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I will create an app that should post "coordinates" and one other function is to go through the database and find nearby coordinates. Let's say that I had 1.000.000 entries in my database, what algorithm to use? How can i compare the coordinates wich are 100m away from the given coordinates? A lot of apps doing that but it seems difficult.

Update: By Coordinates I mean lon-lat. I don't know why you considered this as not "real" question but I need a starting point that's why I asked this "general" question

Thanks

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closed as not a real question by Oded, Bill the Lizard Jun 12 '12 at 18:41

It's difficult to tell what is being asked here. This question is ambiguous, vague, incomplete, overly broad, or rhetorical and cannot be reasonably answered in its current form. For help clarifying this question so that it can be reopened, visit the help center. If this question can be reworded to fit the rules in the help center, please edit the question.

    
This question is way too broad for Stack Overflow. It is also much too vague and lacks in detail. –  Oded Jun 12 '12 at 18:33
    
By coordinate do you mean a 2D point? Give an example of what a "coordinate" is in your question. And what @Oded said. –  Ryan Jun 12 '12 at 18:33
    
get data from the database, use a search algorithm on the data (not for spatial databases) –  UmNyobe Jun 12 '12 at 18:34
    
Seems like a "general practices" broad kind of question, not specific enough for StackOverflow –  Anna Billstrom Jun 12 '12 at 18:36
3  
This question has been asked before (and voted up, not down) a few times here. it was phrased a bit differently, but it's still the same basic question: "How to map out nearby coordinates using geocodes?". (look at the "related questions" column to the right.) I can see closing it as a duplicate, but it's really not that bad a question. –  David Stratton Jun 12 '12 at 18:41

2 Answers 2

I've used something called the Great Circle Distance to do this in the past. It treats the Earth as a perfect sphere (which it is not) and uses two sets of lat longs to determine the distance between two points on that sphere. Since the Earth is not a perfect sphere these distances are not perfectly accurate. If you are dealing with small distances and a small difference between calculated and actual is ok this would probably be fine for you. Here is a function that calculates the GCD:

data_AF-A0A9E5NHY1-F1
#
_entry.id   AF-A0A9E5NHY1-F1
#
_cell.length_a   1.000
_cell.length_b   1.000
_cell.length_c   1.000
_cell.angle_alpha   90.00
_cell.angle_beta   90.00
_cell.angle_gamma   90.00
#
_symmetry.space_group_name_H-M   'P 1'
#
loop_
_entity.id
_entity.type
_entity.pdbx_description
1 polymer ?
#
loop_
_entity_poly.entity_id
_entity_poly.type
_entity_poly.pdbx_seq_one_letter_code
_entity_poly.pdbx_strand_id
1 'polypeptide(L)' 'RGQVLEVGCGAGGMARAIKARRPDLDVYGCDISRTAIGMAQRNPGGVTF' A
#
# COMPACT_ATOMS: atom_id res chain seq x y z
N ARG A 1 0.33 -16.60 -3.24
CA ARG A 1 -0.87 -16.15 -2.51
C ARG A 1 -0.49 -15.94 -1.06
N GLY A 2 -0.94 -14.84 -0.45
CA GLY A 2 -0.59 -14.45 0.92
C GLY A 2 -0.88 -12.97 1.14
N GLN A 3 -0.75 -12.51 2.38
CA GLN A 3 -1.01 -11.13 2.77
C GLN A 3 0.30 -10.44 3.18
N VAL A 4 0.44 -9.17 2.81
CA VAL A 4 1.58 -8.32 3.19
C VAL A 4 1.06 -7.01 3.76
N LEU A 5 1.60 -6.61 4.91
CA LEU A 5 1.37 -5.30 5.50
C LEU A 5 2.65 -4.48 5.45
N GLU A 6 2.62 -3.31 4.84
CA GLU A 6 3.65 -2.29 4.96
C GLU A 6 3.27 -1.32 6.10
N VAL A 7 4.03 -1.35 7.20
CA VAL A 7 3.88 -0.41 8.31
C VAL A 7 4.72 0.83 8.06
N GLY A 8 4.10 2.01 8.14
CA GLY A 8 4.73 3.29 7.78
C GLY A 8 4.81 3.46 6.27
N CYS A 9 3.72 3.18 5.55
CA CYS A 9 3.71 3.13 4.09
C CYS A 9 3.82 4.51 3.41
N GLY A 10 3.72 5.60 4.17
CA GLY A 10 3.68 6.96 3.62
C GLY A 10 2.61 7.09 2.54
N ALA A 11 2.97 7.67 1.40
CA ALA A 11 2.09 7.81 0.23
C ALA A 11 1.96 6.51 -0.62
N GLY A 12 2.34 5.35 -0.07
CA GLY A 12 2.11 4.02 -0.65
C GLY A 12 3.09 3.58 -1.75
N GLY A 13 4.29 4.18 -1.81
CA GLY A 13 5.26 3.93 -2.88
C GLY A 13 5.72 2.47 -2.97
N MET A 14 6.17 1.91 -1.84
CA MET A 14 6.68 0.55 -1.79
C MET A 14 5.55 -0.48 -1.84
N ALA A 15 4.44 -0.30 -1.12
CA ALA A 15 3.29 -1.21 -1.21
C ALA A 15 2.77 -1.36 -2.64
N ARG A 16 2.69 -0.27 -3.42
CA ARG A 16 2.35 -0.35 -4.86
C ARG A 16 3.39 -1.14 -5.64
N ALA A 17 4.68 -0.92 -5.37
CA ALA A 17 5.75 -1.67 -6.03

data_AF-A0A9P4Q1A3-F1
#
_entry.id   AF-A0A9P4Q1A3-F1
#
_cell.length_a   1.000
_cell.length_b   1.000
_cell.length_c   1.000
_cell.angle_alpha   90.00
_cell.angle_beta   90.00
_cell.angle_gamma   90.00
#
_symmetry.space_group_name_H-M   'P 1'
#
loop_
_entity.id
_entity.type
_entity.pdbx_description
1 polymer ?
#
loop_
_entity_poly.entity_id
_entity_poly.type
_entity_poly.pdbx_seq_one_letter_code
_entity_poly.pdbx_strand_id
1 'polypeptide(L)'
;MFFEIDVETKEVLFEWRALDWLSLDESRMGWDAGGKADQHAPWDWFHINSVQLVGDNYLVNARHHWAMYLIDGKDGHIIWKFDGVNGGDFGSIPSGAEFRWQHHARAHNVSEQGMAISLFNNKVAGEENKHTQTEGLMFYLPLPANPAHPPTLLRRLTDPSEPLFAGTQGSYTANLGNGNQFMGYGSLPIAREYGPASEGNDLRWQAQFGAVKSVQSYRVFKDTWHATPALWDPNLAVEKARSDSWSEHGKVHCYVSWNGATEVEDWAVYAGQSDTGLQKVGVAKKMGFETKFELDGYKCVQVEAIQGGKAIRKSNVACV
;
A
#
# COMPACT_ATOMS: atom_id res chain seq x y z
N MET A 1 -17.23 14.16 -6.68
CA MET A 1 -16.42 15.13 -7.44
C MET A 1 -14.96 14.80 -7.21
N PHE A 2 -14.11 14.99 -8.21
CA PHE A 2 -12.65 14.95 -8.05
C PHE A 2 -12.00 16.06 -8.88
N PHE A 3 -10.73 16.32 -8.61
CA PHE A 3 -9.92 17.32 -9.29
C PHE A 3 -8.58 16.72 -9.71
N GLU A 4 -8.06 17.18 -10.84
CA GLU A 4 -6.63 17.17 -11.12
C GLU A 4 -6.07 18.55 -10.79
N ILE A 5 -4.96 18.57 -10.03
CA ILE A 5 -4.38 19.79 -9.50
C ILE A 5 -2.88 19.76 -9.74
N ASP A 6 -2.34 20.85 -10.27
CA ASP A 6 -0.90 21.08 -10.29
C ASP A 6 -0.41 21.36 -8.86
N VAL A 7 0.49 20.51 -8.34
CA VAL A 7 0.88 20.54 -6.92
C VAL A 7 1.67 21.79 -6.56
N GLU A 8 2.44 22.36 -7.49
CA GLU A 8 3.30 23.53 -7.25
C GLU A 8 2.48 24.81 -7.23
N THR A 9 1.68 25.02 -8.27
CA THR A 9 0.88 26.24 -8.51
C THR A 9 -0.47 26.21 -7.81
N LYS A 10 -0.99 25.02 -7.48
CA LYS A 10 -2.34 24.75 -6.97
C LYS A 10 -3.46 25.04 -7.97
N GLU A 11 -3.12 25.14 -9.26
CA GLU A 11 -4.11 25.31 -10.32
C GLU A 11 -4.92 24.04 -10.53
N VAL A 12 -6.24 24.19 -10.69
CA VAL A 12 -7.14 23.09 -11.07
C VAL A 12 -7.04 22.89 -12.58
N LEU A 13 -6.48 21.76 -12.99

SET QUOTED_IDENTIFIER ON 
GO
SET ANSI_NULLS ON 
GO
CREATE FUNCTION dbo.GreatCircleDistance
(
    @Latitude1 float = NULL,
    @Longitude1 float = NULL,
    @Latitude2 float = NULL,
    @Longitude2 float = NULL
)
RETURNS float
AS
BEGIN
    IF @Latitude1 IS NULL RETURN 0.0
    IF @Longitude1 IS NULL RETURN 0.0
    IF @Latitude2 IS NULL RETURN 0.0
    IF @Longitude2 IS NULL RETURN 0.0

    DECLARE @sin1 float
        ,@sin2 float
        ,@sind float
        ,@cos1 float
        ,@cos2 float
        ,@cosd float

    SELECT @sin1 = SIN(RADIANS(@Latitude1))
        ,@sin2 = SIN(RADIANS(@Latitude2))
        ,@sinD = SIN(RADIANS(@Longitude2 - @Longitude1))
        ,@cos1 = COS(RADIANS(@Latitude1))
        ,@cos2 = COS(RADIANS(@Latitude2))
        ,@cosD = COS(RADIANS(@Longitude2 - @Longitude1))

    RETURN ATN2     (SQRT(SQUARE(@cos2 * @sinD) + SQUARE(@cos1 * @sin2 - @sin1 * @cos2 * @cosD))
                ,@sin1 * @sin2 + @cos1 * @cos2 * @cosD
            ) * 3959.871
END
GO

Stolen from here.

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This can be very slow when searching the database for neighbors. For mssql i recommend the built in spacial tools –  Andrey Jun 12 '12 at 18:40
    
That may be. When I did this in the past it was a one time only deal, so there weren't any performance considerations. I'd have to see a slow query using this to recommend a solution for speeding it up. –  Abe Miessler Jun 12 '12 at 18:42

Latitude, longitude in degrees-minutes-seconds or decimal degrees? If decimal then dist^2 ~= lat^2 + lon^2. Don't forget to check for quadrant. You may want to sort you search list into a 2d search tree if doing multiple lookups.

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